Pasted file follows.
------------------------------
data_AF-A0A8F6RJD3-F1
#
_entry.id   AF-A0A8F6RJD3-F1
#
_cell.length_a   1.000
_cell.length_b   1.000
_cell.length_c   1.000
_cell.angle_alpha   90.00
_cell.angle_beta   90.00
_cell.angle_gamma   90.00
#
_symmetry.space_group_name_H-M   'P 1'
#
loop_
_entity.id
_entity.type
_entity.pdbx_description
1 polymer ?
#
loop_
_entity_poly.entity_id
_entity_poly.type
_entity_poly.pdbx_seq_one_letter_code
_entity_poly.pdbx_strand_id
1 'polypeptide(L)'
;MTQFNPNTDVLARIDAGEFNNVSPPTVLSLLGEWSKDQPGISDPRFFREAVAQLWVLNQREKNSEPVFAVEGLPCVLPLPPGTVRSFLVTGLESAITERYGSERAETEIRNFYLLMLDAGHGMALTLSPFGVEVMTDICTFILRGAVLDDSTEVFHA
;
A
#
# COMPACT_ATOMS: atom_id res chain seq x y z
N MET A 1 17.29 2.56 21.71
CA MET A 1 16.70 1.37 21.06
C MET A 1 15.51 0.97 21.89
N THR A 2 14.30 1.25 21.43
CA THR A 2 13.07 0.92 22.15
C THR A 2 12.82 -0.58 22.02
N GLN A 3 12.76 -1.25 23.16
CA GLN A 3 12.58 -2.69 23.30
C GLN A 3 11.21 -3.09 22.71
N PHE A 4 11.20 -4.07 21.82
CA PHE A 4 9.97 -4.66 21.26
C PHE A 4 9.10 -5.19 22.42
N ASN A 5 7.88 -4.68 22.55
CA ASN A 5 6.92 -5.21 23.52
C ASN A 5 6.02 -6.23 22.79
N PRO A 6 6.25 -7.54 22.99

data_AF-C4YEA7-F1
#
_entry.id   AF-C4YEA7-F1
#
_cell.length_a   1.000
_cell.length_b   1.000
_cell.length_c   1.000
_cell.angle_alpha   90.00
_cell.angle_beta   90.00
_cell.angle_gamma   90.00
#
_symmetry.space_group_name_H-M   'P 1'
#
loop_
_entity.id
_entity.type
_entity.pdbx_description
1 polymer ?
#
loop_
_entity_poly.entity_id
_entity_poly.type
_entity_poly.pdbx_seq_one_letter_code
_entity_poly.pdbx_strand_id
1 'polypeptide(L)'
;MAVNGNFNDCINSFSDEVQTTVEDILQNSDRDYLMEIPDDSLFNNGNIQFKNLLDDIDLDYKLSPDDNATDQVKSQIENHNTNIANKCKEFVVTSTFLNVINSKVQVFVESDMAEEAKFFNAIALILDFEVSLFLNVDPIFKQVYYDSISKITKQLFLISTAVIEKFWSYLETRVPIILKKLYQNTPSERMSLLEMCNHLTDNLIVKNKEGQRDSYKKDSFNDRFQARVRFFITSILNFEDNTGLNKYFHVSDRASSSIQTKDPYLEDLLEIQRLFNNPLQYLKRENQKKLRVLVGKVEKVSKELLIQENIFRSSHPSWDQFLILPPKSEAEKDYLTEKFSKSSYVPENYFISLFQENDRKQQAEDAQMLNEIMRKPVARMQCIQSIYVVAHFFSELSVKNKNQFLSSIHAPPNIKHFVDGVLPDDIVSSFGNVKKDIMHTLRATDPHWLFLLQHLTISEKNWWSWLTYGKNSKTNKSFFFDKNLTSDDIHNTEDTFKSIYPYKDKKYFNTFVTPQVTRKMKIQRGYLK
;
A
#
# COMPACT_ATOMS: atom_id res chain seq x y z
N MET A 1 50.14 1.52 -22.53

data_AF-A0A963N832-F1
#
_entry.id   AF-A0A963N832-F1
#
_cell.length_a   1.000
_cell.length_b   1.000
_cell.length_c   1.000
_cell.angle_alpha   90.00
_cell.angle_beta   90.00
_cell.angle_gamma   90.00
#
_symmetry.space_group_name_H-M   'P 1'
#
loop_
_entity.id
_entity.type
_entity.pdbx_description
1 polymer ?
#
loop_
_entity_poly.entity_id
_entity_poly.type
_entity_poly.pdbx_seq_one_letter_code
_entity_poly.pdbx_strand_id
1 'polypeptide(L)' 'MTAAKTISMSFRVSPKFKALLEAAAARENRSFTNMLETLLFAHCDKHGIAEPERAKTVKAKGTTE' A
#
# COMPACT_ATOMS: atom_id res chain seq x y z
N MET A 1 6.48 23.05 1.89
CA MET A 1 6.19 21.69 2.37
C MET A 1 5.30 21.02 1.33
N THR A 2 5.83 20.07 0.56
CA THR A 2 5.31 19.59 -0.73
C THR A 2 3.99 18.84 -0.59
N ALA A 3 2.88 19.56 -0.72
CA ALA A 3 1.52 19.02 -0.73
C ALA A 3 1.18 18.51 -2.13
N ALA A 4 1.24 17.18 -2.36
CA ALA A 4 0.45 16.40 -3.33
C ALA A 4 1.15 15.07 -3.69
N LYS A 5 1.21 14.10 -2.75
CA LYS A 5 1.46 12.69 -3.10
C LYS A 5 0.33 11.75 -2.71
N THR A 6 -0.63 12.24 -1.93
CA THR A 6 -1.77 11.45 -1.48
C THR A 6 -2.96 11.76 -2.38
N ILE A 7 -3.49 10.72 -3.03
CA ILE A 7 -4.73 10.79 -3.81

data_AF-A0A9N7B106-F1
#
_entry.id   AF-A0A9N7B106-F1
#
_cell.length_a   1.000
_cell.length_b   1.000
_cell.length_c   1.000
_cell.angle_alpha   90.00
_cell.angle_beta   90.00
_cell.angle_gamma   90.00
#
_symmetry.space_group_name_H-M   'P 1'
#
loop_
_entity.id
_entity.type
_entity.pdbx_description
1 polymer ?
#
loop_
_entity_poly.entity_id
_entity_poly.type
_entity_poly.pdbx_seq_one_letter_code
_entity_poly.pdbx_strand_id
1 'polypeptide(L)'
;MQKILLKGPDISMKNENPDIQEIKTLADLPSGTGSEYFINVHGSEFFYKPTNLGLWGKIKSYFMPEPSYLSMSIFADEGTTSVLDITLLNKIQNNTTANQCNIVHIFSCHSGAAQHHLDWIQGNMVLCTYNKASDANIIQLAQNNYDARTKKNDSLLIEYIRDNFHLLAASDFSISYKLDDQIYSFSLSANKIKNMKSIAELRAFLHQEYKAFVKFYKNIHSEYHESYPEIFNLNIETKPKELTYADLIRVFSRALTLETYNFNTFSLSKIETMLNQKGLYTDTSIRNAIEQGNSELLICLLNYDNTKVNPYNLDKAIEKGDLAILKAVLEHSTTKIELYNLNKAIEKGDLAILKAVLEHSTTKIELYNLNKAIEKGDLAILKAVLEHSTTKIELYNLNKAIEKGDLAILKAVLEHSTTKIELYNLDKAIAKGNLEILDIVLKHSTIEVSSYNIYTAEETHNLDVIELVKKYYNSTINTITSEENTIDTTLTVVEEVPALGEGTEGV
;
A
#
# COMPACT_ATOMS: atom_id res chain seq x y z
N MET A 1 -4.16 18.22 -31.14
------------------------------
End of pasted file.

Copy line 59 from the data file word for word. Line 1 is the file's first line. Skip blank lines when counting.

#